27 September, 2017

Making and keeping connections with others

Making connections and maintaining them is really hard when you live as we do—away from many who love us as well as in a very mobile, very busy expat community. It's a topic that often comes up on two of the Christian expat communities that I keep an eye on: Velvet Ashes and Thrive Connection.

Velvet Ashes has published two articles recently that resounded with me, so I'm passing them on, in the hope that they may either help you, or help you understand the challenges we face:
Here's a friend who's taken a piece of my heart to
Singapore this year.

8 ways to make real connections with others

This article gives some good suggestions. I don't think they are all helpful for everyone, but you never know which might be helpful for you. 

I especially am challenged by number two: be courageous. I know that in general it tends to get harder to make new friends as you get older, but the rate at which we have to do it is high. Not to mention that we don't know how long we will have these friends that we've invested in, so it takes courage to put yourself out there again and again.

Number four is hard: teach others how you communicate. I think people have figured out that I'm a prolific communicator, but that doesn't mean that they have learnt to connect to me. I feel quite disconnected from many in Australia. When I see them, I'll probably connect to them quite quickly, but in the vacuum of communication, I sometimes wonder if they still consider me a friend. I wonder what's going on in their lives.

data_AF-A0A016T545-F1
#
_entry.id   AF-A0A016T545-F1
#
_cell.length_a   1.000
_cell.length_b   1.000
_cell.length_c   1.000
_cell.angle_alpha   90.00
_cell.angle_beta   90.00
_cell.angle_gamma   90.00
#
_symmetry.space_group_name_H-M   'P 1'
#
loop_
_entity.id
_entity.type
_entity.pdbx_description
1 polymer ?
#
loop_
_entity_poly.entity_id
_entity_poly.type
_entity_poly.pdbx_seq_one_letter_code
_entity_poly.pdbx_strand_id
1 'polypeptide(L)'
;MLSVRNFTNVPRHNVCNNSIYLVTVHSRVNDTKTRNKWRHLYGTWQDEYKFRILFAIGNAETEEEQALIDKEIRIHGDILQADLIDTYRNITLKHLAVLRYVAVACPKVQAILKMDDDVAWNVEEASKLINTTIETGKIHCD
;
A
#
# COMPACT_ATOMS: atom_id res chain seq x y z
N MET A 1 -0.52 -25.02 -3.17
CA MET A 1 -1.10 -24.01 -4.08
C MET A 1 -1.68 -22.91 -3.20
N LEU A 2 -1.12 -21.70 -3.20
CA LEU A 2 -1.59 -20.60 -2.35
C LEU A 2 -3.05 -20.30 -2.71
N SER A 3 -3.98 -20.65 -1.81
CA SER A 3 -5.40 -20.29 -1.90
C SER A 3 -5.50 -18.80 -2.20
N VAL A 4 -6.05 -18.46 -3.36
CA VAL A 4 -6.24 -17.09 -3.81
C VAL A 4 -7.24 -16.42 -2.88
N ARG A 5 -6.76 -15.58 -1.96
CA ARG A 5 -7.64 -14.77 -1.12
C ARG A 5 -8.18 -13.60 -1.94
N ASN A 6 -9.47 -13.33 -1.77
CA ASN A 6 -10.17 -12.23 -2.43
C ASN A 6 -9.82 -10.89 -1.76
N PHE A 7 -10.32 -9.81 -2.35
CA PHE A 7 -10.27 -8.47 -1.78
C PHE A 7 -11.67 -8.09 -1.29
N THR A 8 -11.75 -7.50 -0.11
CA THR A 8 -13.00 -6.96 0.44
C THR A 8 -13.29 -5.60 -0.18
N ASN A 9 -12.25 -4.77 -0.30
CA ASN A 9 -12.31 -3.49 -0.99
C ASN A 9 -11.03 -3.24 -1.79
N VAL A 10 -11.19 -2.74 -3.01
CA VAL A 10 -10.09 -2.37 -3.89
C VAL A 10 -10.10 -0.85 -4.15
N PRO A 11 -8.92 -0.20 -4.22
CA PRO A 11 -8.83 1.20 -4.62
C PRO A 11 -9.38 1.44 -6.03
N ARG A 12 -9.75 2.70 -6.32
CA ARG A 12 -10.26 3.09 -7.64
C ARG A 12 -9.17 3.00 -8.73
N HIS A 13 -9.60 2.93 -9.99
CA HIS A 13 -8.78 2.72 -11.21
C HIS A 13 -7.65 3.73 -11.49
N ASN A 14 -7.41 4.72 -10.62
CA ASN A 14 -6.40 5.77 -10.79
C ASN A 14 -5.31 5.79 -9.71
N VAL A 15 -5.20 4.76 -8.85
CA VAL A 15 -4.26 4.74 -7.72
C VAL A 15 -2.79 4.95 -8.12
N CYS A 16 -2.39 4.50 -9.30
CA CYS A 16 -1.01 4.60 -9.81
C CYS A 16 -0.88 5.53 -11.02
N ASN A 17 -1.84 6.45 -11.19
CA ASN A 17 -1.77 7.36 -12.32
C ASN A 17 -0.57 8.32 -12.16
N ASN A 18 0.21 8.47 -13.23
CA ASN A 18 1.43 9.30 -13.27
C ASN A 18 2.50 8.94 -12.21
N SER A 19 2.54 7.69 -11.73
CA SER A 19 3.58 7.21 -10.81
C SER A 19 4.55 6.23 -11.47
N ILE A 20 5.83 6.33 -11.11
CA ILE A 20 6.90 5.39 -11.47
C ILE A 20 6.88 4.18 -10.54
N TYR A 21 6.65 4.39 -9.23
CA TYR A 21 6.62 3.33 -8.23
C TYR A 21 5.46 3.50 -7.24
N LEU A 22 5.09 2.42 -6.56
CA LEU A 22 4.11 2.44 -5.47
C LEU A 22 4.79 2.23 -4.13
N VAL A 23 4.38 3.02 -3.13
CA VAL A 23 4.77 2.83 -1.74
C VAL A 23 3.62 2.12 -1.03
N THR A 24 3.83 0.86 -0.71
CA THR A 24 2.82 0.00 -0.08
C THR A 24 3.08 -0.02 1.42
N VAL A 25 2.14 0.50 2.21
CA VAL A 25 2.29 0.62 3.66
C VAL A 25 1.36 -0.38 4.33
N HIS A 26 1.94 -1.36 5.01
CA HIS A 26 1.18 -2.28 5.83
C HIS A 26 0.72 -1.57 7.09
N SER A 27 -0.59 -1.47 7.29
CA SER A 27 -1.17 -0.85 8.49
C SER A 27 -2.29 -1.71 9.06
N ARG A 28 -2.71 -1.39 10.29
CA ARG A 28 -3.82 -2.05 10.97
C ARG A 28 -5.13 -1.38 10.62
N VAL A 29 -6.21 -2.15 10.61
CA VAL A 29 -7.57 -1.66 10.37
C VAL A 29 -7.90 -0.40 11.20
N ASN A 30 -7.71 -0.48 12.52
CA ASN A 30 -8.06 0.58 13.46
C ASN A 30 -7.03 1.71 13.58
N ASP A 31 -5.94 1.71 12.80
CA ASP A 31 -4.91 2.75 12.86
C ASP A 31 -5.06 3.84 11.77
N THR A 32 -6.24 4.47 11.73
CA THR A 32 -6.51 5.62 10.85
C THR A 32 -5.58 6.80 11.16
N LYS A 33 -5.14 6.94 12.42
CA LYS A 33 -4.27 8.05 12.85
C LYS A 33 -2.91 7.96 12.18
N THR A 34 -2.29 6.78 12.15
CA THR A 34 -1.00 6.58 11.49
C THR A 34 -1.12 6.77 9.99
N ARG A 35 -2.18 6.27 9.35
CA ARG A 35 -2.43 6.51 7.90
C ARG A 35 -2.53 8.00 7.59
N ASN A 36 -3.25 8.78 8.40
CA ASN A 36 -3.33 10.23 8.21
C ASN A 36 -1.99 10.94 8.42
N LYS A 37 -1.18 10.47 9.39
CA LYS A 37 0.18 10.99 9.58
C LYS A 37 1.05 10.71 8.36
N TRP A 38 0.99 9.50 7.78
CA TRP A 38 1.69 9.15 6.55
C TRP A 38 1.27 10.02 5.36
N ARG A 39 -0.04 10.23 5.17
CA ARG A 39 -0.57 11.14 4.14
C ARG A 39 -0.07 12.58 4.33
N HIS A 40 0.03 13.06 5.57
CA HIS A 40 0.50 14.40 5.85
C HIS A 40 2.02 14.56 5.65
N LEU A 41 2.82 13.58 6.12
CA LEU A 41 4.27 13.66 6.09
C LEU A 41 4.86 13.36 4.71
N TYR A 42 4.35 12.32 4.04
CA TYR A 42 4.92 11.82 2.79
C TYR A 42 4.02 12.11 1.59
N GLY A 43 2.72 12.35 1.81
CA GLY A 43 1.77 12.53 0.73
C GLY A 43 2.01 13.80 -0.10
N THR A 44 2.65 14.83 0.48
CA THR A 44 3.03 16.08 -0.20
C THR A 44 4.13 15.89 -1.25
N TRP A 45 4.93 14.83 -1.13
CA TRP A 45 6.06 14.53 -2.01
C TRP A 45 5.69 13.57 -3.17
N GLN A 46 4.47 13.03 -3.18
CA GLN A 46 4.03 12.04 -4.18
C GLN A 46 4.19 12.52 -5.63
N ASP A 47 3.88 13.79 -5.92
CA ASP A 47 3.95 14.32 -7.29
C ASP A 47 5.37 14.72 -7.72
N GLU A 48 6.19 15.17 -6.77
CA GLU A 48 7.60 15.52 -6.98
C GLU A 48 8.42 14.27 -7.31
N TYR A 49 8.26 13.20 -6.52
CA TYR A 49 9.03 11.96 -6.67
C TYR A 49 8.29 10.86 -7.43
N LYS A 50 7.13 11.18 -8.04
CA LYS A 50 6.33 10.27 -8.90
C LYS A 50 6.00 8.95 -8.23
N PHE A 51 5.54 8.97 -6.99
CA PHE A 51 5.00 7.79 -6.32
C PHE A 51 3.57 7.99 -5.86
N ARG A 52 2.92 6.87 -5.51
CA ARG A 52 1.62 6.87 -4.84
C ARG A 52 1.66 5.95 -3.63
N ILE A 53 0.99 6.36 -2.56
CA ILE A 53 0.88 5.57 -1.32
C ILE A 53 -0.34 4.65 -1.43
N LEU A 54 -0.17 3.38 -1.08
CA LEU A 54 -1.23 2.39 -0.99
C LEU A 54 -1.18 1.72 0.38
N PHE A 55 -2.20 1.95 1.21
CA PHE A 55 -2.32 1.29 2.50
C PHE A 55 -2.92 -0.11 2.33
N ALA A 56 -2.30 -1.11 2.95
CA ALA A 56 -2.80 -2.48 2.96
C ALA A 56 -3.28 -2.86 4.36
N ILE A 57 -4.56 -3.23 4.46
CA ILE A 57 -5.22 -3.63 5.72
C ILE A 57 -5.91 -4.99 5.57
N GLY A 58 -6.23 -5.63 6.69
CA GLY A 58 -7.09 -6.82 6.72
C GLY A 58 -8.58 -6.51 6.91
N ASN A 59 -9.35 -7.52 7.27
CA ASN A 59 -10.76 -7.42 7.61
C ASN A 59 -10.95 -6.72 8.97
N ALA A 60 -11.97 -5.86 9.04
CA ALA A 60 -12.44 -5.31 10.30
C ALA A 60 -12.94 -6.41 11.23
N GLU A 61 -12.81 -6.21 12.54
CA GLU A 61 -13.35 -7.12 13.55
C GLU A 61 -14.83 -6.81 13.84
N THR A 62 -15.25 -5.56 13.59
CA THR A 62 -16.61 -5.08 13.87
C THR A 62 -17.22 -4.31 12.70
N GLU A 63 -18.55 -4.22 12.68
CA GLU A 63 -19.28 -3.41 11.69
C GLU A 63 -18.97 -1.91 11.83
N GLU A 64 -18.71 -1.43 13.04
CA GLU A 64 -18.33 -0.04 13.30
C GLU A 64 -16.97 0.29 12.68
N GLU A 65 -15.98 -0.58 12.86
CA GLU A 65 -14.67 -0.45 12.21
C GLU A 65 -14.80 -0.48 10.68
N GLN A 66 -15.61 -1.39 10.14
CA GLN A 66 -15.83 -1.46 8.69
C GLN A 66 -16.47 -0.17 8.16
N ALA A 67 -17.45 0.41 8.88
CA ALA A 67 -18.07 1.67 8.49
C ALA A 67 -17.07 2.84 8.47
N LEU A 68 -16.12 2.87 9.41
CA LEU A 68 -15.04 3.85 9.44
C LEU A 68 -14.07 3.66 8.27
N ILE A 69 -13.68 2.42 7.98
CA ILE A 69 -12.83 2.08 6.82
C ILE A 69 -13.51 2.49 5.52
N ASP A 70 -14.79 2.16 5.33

Just the other day one of my boys reminisced about this outing
 in Australia 2½ yrs ago. The memory is full of friends we miss.

Please, friends, don't feel too guilty here. I don't expect communication to the level that I've pushed it with my blog and Facebook and our newsletters, and I know that you are busy. I'm busy too . . . too busy to maintain dozens of close relationships that require the sort of upkeep required for a long-distance friendship. I think that is one reason I'm attracted so much to social media. I can maintain connections with people I don't see in my regular life without too much additional work. I also know that a lot of people struggle to maintain friendships that aren't face-to-face. But I did want to put it out there that I struggle sometimes.

Keeping track of sorrows

This article talks about the grief of never being fully known. There is much underlying grief in the missionary lifestyle and one is this, that no matter where we live in the future, no one (barring perhaps a spouse) will ever have been a part of most of our daily or weekly lives for much of our lives. I know that's true more and more as people all over the world become more mobile. But I think that as missionaries (and those in the armed forces too), as we interact within very mobile communities, we end up with bits of our hearts spread all over the globe. That is hard.

Another website A Life Overseas published this article last week: The five people who shape you the most that touches on the expat's frustration that the people who we would spend the most time with are never all in the same place at the same time.

And one more recent article that touches on this topic: A love letter to my expat friends, also published by A Life Overseas.

However, despite all this, I'm encouraged by this paragraph in the Keeping track of sorrows article: 
Psalm 56:8 (NLT) says, “You [God] keep track of all my sorrows. You have collected all my tears in your bottle. You have recorded each one in your book.” Every step we take is not only observed but also thought worthy of counting and recording. He remembers every detail and recognizes our grief as a real thing. David, the Psalmist, fully trusted God with his future, and still let his tears flow. He knew God was compassionate and was not embarrassed by his own tears. 

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